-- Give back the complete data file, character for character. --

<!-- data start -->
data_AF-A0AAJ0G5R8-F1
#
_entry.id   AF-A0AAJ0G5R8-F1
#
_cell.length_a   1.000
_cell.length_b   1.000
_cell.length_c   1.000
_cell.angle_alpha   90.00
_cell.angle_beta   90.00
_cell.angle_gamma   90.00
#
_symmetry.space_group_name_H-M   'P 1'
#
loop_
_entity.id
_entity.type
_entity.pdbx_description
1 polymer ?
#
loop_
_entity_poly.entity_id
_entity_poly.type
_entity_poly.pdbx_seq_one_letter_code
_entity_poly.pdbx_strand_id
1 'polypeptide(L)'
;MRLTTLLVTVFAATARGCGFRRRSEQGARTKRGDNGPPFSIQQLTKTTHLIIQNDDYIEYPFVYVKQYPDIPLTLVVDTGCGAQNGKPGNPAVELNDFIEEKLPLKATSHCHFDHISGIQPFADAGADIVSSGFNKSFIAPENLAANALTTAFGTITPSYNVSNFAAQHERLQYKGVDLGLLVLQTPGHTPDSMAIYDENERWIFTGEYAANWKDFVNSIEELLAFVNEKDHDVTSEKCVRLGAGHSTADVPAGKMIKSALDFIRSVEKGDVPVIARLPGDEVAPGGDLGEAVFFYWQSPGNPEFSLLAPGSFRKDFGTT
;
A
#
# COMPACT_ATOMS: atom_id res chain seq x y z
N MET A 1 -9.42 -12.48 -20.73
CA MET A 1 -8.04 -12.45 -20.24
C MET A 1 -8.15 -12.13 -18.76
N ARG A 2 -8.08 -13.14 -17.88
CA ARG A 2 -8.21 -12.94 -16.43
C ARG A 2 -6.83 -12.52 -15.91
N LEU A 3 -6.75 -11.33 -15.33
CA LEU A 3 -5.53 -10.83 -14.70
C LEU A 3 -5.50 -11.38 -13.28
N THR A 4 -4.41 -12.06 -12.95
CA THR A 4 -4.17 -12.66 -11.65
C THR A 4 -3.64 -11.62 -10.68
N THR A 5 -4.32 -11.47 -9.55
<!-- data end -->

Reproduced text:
data_AF-A0AAJ0G5R8-F1
#
_entry.id   AF-A0AAJ0G5R8-F1
#
_cell.length_a   1.000
_cell.length_b   1.000
_cell.length_c   1.000
_cell.angle_alpha   90.00
_cell.angle_beta   90.00
_cell.angle_gamma   90.00
#
_symmetry.space_group_name_H-M   'P 1'
#
loop_
_entity.id
_entity.type
_entity.pdbx_description
1 polymer ?
#
loop_
_entity_poly.entity_id
_entity_poly.type
_entity_poly.pdbx_seq_one_letter_code
_entity_poly.pdbx_strand_id
1 'polypeptide(L)'
;MRLTTLLVTVFAATARGCGFRRRSEQGARTKRGDNGPPFSIQQLTKTTHLIIQNDDYIEYPFVYVKQYPDIPLTLVVDTGCGAQNGKPGNPAVELNDFIEEKLPLKATSHCHFDHISGIQPFADAGADIVSSGFNKSFIAPENLAANALTTAFGTITPSYNVSNFAAQHERLQYKGVDLGLLVLQTPGHTPDSMAIYDENERWIFTGEYAANWKDFVNSIEELLAFVNEKDHDVTSEKCVRLGAGHSTADVPAGKMIKSALDFIRSVEKGDVPVIARLPGDEVAPGGDLGEAVFFYWQSPGNPEFSLLAPGSFRKDFGTT
;
A
#
# COMPACT_ATOMS: atom_id res chain seq x y z
N MET A 1 -9.42 -12.48 -20.73
CA MET A 1 -8.04 -12.45 -20.24
C MET A 1 -8.15 -12.13 -18.76
N ARG A 2 -8.08 -13.14 -17.88
CA ARG A 2 -8.21 -12.94 -16.43
C ARG A 2 -6.83 -12.52 -15.91
N LEU A 3 -6.75 -11.33 -15.33
CA LEU A 3 -5.53 -10.83 -14.70
C LEU A 3 -5.50 -11.38 -13.28
N THR A 4 -4.41 -12.06 -12.95
CA THR A 4 -4.17 -12.66 -11.65
C THR A 4 -3.64 -11.62 -10.68
N THR A 5 -4.32 -11.47 -9.55